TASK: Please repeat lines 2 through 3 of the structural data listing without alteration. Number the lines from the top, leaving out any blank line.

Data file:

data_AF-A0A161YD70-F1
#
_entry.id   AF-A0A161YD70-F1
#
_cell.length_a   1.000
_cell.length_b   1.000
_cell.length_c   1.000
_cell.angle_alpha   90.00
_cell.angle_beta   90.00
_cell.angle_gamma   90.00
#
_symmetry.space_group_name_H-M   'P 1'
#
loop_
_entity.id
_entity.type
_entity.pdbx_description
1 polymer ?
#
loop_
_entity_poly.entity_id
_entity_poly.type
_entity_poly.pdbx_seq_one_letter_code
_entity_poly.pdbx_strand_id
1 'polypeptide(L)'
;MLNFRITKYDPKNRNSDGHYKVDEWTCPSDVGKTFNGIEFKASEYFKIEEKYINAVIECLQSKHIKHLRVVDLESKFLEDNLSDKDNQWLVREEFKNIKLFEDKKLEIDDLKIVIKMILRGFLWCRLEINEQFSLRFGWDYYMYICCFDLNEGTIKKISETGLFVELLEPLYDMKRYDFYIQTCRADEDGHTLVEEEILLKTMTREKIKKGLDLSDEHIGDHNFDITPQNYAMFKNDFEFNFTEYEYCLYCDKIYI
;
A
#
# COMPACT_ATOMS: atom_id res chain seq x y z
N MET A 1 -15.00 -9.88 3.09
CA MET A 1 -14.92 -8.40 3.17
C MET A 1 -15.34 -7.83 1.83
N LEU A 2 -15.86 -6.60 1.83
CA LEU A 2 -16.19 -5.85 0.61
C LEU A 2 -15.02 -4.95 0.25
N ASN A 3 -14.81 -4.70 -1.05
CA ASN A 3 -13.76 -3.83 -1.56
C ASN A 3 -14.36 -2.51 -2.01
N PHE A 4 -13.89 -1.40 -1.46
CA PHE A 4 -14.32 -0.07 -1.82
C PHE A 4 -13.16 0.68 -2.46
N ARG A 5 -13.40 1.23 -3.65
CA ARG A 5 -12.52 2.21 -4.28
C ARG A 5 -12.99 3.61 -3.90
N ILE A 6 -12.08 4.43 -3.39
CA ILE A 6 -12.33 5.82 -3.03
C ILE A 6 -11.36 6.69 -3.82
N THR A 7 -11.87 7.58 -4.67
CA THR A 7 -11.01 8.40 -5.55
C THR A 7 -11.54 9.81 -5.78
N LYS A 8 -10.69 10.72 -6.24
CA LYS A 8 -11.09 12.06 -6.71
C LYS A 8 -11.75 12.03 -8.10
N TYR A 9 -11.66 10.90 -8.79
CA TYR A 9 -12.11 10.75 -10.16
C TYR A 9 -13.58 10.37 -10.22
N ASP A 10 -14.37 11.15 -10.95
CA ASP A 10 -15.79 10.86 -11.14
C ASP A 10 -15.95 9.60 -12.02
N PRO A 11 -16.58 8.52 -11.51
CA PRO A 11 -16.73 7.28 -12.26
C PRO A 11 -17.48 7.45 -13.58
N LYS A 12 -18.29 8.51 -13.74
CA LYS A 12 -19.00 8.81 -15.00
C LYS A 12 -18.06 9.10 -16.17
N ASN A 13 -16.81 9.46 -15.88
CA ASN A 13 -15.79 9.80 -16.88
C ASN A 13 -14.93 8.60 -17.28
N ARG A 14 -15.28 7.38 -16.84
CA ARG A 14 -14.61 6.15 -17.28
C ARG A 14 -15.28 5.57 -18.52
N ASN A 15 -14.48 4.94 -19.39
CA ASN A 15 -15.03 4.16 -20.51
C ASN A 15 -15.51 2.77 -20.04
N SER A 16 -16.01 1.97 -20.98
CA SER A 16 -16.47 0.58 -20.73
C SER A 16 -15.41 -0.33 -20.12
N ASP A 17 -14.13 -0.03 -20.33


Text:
#
_entry.id   AF-A0A161YD70-F1